Academic journal article Cultural Studies Review

'Progress Is Great ... ': Making Sense of the Colonial Past in Outback Australia

Academic journal article Cultural Studies Review

'Progress Is Great ... ': Making Sense of the Colonial Past in Outback Australia

Article excerpt

-A BRIEF TOUR OF THE CEDUNA MUSEUM

Over the past seven years I have been conducting ethnographic fieldwork in the small country town of Ceduna in the South Australian outback. Ceduna lies on South Australia's far west coast, the last in a string of isolated settlements beyond which looms the desolate stretch of the Nullabor Plain. This article is both about Ceduna locals' everyday attempts to make sense of the colonial past, and about my attempt as an ethnographer to get a grip on the past(s) of this place. I will have more to say about the relationship between ethnography and history shortly. But I begin this essay by traipsing through a particularly redolent 'site of memory': the local museum.1 While living in Ceduna in 2008 and 2009 I visited this museum on a number of occasions.

Upon entering the museum building, the visitor sees an old barber's chair with a yellowing, brown-studded leather seatback and ribbed silver footrests. A caption is attached: 'PROGRESS IS GREAT THE CHAIR REPLACED THE KEROSENE CASE IN THE BARBERS SHOP.' A wall lined with grainy, black and white images features photos of a camel team in front of the Globe Hotel, Fowlers Bay, in the late 1800s; bagged wheat being loaded on the train to be railed to Thevenard jetty in 1960; the cutting of hay with horses at Coorabie in the 1920s; a mouse plague in the wheat stacks at Denial Bay in 1917; the Waratah Gypsum Plaster Factory at Thevenard in 1959; assorted football teams and a new year's day picnic at Laura Bay in 1910-the women sitting stiffly for the portrait in long, white dresses amidst the low-lying scrub.

In the next room a cabinet contains football club medals; a watch and chain; a death penny given to the family of a man killed in World War I; sea opals; World War II souvenirs; a pocket watch; a photo of a bark hut at Laura Bay; a German hymn book. Another cabinet contains petrified wood; some chipped-offpieces of the Berlin Wall; a seahorse; eunusual small toolsf (according to the caption); some fossils; a handful of bird eggs and a collection of what I recognise as Aboriginal stone implements. A wooden school desk is crammed with Empire-Corona, Imperial 200, Remington Portable and Royal typewriters, some of them labelled with the names of their donor. Another is cluttered with rusted lamb bells and kerosene lamps. A blue galvanised iron babyfs bath is captioned: eMade by F.A. Blumson in 1947. Used by his daughters Valerie, Shirley and Reva and son Kelvin.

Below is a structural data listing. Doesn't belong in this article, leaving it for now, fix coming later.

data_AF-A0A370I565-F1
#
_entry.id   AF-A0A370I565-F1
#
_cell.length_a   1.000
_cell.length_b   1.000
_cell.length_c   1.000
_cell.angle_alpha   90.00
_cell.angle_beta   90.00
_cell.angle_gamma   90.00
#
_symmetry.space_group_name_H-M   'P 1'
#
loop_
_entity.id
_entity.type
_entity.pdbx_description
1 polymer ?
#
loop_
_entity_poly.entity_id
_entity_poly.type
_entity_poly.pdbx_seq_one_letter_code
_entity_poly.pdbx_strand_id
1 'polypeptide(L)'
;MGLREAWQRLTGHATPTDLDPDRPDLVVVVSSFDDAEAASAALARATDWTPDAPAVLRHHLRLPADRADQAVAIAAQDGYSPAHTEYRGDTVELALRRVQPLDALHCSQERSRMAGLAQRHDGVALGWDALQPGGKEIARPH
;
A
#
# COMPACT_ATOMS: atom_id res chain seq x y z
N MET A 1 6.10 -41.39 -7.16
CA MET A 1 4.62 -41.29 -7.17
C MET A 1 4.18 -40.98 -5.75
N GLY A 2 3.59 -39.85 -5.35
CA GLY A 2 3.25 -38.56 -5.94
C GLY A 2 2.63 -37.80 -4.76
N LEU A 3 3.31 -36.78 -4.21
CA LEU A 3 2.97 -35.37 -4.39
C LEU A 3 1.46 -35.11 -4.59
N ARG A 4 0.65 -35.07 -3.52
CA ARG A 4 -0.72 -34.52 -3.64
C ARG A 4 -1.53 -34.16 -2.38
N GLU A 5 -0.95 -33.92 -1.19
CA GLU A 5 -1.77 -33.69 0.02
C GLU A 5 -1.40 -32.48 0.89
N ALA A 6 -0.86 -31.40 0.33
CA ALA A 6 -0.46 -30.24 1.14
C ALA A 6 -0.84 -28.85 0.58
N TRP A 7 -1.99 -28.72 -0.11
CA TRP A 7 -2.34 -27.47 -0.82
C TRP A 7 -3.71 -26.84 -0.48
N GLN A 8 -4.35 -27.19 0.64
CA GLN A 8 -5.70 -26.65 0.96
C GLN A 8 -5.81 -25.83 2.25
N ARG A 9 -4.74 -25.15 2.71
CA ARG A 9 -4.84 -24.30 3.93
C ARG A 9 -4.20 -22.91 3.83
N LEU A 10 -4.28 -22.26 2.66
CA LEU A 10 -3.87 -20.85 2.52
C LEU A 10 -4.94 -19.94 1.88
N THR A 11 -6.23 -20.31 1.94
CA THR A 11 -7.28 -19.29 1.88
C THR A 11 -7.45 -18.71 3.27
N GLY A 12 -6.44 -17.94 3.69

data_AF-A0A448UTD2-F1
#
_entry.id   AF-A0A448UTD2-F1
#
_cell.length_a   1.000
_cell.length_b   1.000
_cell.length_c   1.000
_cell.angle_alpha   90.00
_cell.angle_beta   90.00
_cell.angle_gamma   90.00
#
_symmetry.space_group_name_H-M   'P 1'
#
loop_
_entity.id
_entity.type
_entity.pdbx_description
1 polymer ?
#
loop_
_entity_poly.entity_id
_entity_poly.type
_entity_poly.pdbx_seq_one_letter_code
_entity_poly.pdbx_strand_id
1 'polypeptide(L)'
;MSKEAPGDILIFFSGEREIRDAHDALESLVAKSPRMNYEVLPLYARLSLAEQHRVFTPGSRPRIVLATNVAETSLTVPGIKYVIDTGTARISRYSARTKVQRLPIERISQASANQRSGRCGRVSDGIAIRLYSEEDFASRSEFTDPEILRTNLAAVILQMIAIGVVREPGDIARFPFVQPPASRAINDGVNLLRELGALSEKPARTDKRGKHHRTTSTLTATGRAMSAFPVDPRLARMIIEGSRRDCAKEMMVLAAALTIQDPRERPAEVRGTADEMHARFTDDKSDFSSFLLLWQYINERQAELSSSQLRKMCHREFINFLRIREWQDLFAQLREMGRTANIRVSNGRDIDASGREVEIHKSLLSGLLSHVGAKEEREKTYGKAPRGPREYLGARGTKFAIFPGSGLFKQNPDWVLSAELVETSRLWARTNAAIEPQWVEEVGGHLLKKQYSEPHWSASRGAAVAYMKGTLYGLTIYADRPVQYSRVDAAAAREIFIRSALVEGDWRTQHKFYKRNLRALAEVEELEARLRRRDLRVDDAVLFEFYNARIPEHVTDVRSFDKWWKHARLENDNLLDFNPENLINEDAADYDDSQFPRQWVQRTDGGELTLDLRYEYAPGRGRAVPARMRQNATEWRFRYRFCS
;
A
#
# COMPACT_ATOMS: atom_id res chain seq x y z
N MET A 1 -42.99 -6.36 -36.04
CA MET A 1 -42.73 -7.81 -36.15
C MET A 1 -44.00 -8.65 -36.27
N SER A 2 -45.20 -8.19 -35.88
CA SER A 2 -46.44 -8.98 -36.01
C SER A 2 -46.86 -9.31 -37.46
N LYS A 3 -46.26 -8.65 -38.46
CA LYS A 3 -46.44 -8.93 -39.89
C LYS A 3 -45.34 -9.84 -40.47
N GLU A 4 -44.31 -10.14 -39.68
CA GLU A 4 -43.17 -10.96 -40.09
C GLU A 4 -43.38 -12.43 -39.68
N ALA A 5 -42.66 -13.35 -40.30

Floorboards creak underfoot as the visitor moves first from room to room, then outside and into a series of sheds. These display, among other things, wheat farming machinery and a cavernous whale's skeleton which once washed ashore.

Walter Benjamin's 'angel of history' famously had his face turned towards the past. 'Where we perceive a chain of events, he sees one single catastrophe which keeps piling wreckage upon wreckage and hurls it in front of his feet.'2 Inside the Ceduna Museum, the angel of history sees perhaps not a single catastrophe but certainly the past as a single moment. The relics and wreckage of this time-before now-accumulate.

The barbers' chair's insouciant caption references progress, and the museum also emphasises a point of origin, giving prominence to a copy of an 1896 petition to the Surveyor General's office requesting the 'Government grant the surveying of a Township and erection of a Telegraph office' at a landing place on Murat Bay.3 Twenty-five farmers, a grazier, a blacksmith and a master mariner signed the petition, which eventually led to the surveying of the Ceduna township in 1900.4 But the urge to narrate progress within the museum or, indeed, the urge to establish any kind of linear narrative, has been sublimated to the urge to accumulate and acquire. The effect is a local museum that does not narrate, but instead piles material wreckage upon which little order or sequencing has been imposed. The collecting criteria for these objects appears to be that a thing either be old, or resembles something old, and thus is designated the subject of history. …

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